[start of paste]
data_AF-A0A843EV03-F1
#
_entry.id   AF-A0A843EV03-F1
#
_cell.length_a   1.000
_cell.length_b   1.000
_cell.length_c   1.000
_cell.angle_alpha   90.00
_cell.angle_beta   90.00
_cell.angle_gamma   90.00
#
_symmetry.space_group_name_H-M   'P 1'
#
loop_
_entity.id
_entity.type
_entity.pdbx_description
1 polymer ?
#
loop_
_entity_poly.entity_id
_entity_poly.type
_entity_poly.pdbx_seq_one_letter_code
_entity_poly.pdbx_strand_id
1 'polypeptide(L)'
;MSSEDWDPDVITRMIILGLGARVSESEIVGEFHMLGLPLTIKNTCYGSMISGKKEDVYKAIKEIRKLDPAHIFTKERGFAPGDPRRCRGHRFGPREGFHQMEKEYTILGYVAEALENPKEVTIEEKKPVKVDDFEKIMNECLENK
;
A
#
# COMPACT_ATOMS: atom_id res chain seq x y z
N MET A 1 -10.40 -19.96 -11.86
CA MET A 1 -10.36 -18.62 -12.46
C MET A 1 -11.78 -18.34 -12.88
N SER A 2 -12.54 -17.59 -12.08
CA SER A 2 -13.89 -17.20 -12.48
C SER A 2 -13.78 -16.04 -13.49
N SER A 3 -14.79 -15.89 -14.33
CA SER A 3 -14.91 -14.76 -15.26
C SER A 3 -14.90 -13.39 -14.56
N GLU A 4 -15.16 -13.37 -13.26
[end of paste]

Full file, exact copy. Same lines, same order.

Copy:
data_AF-A0A843EV03-F1
#
_entry.id   AF-A0A843EV03-F1
#
_cell.length_a   1.000
_cell.length_b   1.000
_cell.length_c   1.000
_cell.angle_alpha   90.00
_cell.angle_beta   90.00
_cell.angle_gamma   90.00
#
_symmetry.space_group_name_H-M   'P 1'
#
loop_
_entity.id
_entity.type
_entity.pdbx_description
1 polymer ?
#
loop_
_entity_poly.entity_id
_entity_poly.type
_entity_poly.pdbx_seq_one_letter_code
_entity_poly.pdbx_strand_id
1 'polypeptide(L)'
;MSSEDWDPDVITRMIILGLGARVSESEIVGEFHMLGLPLTIKNTCYGSMISGKKEDVYKAIKEIRKLDPAHIFTKERGFAPGDPRRCRGHRFGPREGFHQMEKEYTILGYVAEALENPKEVTIEEKKPVKVDDFEKIMNECLENK
;
A
#
# COMPACT_ATOMS: atom_id res chain seq x y z
N MET A 1 -10.40 -19.96 -11.86
CA MET A 1 -10.36 -18.62 -12.46
C MET A 1 -11.78 -18.34 -12.88
N SER A 2 -12.54 -17.59 -12.08
CA SER A 2 -13.89 -17.20 -12.48
C SER A 2 -13.78 -16.04 -13.49
N SER A 3 -14.79 -15.89 -14.33
CA SER A 3 -14.91 -14.76 -15.26
C SER A 3 -14.90 -13.39 -14.56
N GLU A 4 -15.16 -13.37 -13.26